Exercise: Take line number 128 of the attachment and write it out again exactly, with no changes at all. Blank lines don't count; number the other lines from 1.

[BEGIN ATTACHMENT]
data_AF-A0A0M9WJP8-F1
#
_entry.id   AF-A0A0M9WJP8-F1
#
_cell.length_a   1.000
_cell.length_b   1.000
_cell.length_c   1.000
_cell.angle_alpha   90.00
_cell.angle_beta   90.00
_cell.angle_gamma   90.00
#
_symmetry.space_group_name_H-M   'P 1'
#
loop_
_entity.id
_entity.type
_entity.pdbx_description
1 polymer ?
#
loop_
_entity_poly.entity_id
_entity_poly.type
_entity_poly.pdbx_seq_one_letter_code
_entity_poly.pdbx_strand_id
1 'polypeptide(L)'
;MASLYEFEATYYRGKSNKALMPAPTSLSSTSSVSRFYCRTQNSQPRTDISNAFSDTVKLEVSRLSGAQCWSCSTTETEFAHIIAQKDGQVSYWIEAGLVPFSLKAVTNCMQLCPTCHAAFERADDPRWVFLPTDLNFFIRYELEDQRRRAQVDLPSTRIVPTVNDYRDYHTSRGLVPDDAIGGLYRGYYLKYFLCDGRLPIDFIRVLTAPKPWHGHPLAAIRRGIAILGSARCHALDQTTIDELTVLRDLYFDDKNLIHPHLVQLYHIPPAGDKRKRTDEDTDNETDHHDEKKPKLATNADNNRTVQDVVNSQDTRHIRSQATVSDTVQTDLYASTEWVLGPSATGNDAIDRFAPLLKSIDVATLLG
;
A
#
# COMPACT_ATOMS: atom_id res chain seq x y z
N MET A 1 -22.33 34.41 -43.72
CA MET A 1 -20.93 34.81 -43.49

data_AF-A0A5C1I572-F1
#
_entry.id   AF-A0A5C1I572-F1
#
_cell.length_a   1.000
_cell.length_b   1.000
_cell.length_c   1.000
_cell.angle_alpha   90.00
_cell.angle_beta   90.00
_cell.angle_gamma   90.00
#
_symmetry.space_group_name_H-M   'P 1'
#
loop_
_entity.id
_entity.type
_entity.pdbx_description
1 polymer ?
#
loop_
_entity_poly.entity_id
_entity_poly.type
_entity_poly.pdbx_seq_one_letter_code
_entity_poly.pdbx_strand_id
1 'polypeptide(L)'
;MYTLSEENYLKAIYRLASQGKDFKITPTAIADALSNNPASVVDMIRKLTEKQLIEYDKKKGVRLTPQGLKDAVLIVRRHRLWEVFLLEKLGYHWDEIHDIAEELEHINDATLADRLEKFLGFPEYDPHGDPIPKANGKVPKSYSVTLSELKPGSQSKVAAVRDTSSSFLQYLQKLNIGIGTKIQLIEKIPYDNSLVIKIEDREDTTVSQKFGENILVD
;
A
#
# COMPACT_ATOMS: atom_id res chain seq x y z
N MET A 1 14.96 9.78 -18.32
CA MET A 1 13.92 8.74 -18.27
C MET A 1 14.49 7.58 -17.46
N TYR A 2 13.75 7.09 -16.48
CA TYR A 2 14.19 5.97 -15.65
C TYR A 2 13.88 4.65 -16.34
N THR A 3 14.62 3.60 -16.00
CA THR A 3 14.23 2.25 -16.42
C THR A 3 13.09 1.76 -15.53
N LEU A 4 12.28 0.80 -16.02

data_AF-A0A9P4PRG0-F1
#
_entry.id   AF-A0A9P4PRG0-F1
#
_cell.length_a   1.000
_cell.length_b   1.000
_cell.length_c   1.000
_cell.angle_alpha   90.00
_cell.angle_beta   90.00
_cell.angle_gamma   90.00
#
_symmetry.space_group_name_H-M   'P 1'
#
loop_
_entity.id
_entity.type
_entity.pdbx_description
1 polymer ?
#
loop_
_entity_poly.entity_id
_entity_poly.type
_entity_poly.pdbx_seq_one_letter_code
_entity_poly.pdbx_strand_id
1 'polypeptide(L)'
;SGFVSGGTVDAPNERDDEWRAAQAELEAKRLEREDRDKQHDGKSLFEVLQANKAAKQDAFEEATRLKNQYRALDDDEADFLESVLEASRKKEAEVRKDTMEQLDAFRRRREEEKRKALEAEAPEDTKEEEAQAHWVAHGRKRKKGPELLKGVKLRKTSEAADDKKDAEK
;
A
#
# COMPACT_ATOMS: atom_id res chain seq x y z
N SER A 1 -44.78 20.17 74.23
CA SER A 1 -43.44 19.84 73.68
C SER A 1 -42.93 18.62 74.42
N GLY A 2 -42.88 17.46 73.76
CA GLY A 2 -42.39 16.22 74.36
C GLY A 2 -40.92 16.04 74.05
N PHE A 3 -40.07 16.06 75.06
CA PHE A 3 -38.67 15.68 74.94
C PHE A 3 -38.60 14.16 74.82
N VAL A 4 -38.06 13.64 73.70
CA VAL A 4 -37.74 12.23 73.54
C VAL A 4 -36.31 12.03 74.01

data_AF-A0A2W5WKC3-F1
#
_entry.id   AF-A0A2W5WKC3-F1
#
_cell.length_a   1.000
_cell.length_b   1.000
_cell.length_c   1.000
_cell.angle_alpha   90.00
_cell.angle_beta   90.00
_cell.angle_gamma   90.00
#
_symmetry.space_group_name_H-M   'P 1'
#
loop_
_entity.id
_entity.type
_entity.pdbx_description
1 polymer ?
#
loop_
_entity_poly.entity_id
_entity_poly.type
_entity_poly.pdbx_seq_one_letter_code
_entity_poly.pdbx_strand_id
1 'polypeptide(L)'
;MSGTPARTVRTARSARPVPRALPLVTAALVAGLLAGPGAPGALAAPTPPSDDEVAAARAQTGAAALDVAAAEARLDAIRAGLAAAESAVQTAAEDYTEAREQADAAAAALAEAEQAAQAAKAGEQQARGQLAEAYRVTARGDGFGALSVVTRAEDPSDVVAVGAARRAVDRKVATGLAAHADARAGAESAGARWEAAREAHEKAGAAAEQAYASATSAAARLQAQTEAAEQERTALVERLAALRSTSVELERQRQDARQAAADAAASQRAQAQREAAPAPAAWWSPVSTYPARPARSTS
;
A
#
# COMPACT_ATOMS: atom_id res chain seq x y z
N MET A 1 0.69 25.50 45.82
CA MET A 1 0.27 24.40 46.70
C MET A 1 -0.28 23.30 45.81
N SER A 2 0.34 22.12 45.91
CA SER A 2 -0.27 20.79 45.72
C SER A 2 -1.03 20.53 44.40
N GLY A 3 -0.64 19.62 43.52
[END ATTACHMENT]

loop_